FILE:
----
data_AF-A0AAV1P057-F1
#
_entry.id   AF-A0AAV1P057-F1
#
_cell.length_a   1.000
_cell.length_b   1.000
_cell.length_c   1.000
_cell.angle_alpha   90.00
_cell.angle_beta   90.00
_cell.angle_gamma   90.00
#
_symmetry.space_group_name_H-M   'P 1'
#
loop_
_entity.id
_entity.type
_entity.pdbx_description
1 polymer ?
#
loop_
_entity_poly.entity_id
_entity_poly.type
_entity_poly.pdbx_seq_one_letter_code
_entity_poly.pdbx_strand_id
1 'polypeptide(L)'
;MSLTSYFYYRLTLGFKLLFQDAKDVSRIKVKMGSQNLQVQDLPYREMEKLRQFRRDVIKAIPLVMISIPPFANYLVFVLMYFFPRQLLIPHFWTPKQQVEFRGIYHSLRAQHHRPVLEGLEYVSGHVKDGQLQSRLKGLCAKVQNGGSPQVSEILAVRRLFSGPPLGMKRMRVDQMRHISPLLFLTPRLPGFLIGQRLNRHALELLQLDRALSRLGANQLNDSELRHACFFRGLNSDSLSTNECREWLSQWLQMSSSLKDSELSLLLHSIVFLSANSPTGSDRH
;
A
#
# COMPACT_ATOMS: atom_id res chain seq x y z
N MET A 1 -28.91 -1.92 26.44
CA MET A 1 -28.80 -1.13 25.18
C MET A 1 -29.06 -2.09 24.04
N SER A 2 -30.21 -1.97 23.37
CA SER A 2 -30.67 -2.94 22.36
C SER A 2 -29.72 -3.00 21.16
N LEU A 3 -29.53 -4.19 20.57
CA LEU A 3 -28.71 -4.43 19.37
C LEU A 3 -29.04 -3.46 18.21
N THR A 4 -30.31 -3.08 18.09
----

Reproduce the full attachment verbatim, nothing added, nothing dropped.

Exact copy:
data_AF-A0AAV1P057-F1
#
_entry.id   AF-A0AAV1P057-F1
#
_cell.length_a   1.000
_cell.length_b   1.000
_cell.length_c   1.000
_cell.angle_alpha   90.00
_cell.angle_beta   90.00
_cell.angle_gamma   90.00
#
_symmetry.space_group_name_H-M   'P 1'
#
loop_
_entity.id
_entity.type
_entity.pdbx_description
1 polymer ?
#
loop_
_entity_poly.entity_id
_entity_poly.type
_entity_poly.pdbx_seq_one_letter_code
_entity_poly.pdbx_strand_id
1 'polypeptide(L)'
;MSLTSYFYYRLTLGFKLLFQDAKDVSRIKVKMGSQNLQVQDLPYREMEKLRQFRRDVIKAIPLVMISIPPFANYLVFVLMYFFPRQLLIPHFWTPKQQVEFRGIYHSLRAQHHRPVLEGLEYVSGHVKDGQLQSRLKGLCAKVQNGGSPQVSEILAVRRLFSGPPLGMKRMRVDQMRHISPLLFLTPRLPGFLIGQRLNRHALELLQLDRALSRLGANQLNDSELRHACFFRGLNSDSLSTNECREWLSQWLQMSSSLKDSELSLLLHSIVFLSANSPTGSDRH
;
A
#
# COMPACT_ATOMS: atom_id res chain seq x y z
N MET A 1 -28.91 -1.92 26.44
CA MET A 1 -28.80 -1.13 25.18
C MET A 1 -29.06 -2.09 24.04
N SER A 2 -30.21 -1.97 23.37
CA SER A 2 -30.67 -2.94 22.36
C SER A 2 -29.72 -3.00 21.16
N LEU A 3 -29.53 -4.19 20.57
CA LEU A 3 -28.71 -4.43 19.37
C LEU A 3 -29.04 -3.46 18.21
N THR A 4 -30.31 -3.08 18.09